Introduction to Science, Technology & Innovation Policy

Two-day open course for manufacturing policy civil servants and agency officials

Overview

This course draws on the expertise of the Centre for Science, Technology & Innovation Policy (CSTI), University of Cambridge, to provide policy officials and civil servants a thorough introduction to manufacturing and innovation policy.


Key Benefits

  • Introduction to the latest concepts, frameworks and ideas in the areas of science, technology and innovation policy.
  • Overview of the latest innovation policies, programmes and practices in selected industrial countries, as well as the latest technological developments with the potential to disrupt global industries.
  • Bespoke materials developed by experts from the CSTI


The roles of innovation policies are being revisited around the world as countries step up efforts to generate high-wage jobs, promote productivity growth and 'rebalance' their economies.
 
This occurs against the backdrop of a new global industrial context characterised by changing consumer demand and the emergence of technological innovations with the potential to transform manufacturing as we know it. In particular, a more widespread use of digital technologies in industry is driving what has been heralded as a 'Fourth Industrial Revolution'.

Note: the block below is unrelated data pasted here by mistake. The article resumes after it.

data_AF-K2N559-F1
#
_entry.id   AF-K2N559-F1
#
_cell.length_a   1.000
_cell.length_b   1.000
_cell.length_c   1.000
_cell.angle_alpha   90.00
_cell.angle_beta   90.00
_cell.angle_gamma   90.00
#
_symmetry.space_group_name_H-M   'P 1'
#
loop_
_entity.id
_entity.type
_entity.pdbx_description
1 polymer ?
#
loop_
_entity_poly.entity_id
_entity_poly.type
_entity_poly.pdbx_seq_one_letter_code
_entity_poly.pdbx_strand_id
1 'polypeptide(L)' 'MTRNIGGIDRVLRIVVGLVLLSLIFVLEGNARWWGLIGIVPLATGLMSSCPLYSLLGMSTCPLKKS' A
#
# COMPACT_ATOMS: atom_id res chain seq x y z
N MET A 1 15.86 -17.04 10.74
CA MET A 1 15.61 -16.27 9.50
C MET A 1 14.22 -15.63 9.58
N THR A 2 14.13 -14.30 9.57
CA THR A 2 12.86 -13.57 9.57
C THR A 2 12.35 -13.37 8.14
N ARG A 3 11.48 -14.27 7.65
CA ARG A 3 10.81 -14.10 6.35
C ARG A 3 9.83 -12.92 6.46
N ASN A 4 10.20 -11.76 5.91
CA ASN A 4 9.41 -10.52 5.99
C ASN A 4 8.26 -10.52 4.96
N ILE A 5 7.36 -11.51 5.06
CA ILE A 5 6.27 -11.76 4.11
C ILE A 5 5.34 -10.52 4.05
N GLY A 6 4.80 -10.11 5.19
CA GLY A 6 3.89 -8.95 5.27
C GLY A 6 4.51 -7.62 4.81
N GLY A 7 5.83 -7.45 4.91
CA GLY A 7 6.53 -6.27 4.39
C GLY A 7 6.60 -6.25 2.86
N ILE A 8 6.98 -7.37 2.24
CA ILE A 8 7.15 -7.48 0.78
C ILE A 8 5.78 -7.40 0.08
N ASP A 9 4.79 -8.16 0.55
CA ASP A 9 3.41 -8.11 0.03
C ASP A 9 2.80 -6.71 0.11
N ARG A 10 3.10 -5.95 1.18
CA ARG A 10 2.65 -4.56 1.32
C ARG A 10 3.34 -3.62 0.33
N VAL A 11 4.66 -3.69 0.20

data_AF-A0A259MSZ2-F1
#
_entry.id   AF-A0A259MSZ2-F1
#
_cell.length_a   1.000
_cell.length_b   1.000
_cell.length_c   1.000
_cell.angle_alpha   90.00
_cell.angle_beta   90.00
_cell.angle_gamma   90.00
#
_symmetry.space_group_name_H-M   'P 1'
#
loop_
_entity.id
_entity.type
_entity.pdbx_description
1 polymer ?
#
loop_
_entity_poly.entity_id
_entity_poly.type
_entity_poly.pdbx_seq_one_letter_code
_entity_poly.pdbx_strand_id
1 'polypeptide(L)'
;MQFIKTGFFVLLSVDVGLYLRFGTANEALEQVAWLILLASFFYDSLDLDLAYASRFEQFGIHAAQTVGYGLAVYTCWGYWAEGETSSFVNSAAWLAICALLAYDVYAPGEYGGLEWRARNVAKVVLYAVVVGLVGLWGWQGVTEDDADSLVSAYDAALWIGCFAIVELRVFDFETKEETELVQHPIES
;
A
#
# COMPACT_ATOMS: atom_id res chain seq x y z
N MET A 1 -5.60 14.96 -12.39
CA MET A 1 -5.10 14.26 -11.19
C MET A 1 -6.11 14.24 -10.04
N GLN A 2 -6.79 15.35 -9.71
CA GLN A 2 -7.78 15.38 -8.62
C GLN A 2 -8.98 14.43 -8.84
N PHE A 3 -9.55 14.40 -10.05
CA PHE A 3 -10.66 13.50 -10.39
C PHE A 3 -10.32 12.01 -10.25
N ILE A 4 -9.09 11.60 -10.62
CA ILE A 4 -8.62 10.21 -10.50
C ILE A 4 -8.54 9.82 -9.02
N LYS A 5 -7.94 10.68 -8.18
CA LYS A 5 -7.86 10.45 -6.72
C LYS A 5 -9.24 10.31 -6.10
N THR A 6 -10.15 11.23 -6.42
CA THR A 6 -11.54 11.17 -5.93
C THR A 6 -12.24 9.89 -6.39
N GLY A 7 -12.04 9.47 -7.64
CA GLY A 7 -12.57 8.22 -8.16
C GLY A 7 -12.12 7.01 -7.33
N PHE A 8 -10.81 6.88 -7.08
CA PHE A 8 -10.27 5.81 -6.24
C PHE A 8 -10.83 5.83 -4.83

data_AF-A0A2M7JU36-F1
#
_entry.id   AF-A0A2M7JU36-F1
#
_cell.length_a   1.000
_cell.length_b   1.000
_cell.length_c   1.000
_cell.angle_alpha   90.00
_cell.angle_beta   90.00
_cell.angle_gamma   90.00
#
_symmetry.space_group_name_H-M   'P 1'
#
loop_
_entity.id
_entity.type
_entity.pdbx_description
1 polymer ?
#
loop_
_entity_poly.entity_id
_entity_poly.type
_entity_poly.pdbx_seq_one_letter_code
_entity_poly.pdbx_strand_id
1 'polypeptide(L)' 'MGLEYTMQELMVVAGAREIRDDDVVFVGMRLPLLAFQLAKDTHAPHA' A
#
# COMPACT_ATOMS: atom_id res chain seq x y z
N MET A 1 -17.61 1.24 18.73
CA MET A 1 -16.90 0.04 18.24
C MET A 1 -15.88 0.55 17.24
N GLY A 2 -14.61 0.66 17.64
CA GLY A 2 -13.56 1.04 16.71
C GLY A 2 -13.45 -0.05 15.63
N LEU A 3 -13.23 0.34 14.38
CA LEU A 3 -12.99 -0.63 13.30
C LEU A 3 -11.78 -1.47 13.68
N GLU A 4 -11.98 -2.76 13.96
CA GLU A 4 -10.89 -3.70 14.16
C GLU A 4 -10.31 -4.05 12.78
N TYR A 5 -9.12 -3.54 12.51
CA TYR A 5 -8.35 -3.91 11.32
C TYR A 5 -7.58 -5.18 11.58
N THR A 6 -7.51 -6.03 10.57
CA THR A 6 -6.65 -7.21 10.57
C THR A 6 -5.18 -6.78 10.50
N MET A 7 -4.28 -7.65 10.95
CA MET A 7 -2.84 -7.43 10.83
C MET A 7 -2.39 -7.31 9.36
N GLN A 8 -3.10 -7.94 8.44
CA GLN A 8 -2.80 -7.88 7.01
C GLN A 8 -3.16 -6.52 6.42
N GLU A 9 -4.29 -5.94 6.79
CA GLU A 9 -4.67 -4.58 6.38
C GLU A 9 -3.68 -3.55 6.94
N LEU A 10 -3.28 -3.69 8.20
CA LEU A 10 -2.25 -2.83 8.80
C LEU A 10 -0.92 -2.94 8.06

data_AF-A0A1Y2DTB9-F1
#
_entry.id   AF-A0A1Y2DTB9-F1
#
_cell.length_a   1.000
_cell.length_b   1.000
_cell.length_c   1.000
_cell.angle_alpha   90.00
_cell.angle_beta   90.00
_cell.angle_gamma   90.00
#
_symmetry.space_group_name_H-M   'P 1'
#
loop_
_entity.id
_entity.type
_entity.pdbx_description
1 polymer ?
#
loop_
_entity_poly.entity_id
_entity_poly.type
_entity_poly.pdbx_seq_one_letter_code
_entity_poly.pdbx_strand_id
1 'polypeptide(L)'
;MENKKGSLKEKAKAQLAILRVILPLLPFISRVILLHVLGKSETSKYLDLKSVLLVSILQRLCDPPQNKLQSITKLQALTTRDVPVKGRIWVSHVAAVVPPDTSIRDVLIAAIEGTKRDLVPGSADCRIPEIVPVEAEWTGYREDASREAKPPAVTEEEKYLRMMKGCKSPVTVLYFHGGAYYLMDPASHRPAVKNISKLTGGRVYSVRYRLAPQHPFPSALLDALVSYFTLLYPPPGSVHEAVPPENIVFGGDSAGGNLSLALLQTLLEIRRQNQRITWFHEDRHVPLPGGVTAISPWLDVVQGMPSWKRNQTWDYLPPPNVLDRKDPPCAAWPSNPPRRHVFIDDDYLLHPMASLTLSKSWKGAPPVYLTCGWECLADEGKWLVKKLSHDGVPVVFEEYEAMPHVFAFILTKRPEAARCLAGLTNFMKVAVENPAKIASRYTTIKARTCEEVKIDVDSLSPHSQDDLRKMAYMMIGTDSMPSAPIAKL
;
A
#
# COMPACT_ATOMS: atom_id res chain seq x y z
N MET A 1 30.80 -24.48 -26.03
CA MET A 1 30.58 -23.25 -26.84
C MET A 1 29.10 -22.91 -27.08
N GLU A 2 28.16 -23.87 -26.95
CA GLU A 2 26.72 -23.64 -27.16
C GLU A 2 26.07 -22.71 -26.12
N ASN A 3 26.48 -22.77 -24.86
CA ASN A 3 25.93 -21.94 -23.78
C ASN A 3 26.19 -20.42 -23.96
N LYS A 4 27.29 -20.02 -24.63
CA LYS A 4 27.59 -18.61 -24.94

At the same time, there is a growing demand for manufactured goods and services in part driven by a rising global middle class. yet dwindling natural resources and increasingly evident effects of climate change, underline the need to make more with less.
 
This new global industrial context presents great challenges but also new opportunities for countries and firms around the world. A global redistribution of industrial value added and employment has been going on for decades. As such, the context in which modern policy making takes place is one of increasing competition for the industrial activities with the most 'high value' capture potential.

 



DAY ONE | INTRODUCTION TO 'INDUSTRIAL & INNOVATION POLICIES'
Day One will set out the context of the course. This includes a discussion on global 'megatrends' affecting manufacturing industries, the concept of the 'Fourth Industrial Revolution', and the latest international approaches to manufacturing and innovation policy.
 
Session 1: Introduction
This session will review key definitions relevant to manufacturing and innovation policy, and discuss fundamental aspects of how manufacturing and innovation are related. It will also discuss the roles of government in promoting manufacturing-based innovation and economic growth.
 
Session 2: Manufacturing 'megatrends' and the 'Fourth Industrial Revolution'
This session will discuss 'megatrends' affecting global manufacturing industries, from emerging technologies and changing consumer demand to new security threats. Emphasis will be made on the 'digitalisation of manufacturing' and the 'Fourth Industrial Revolution'.
 
Session 3: International approaches to manufacturing and innovation policy
This session will review recent policy initiatives and priorities in selected countries (including Germany, Japan and the US). Emphasis will be made on identified challenges and opportunities, priority themes, and emerging R&D priorities. Examples of industrial strategies from around the world will be discussed.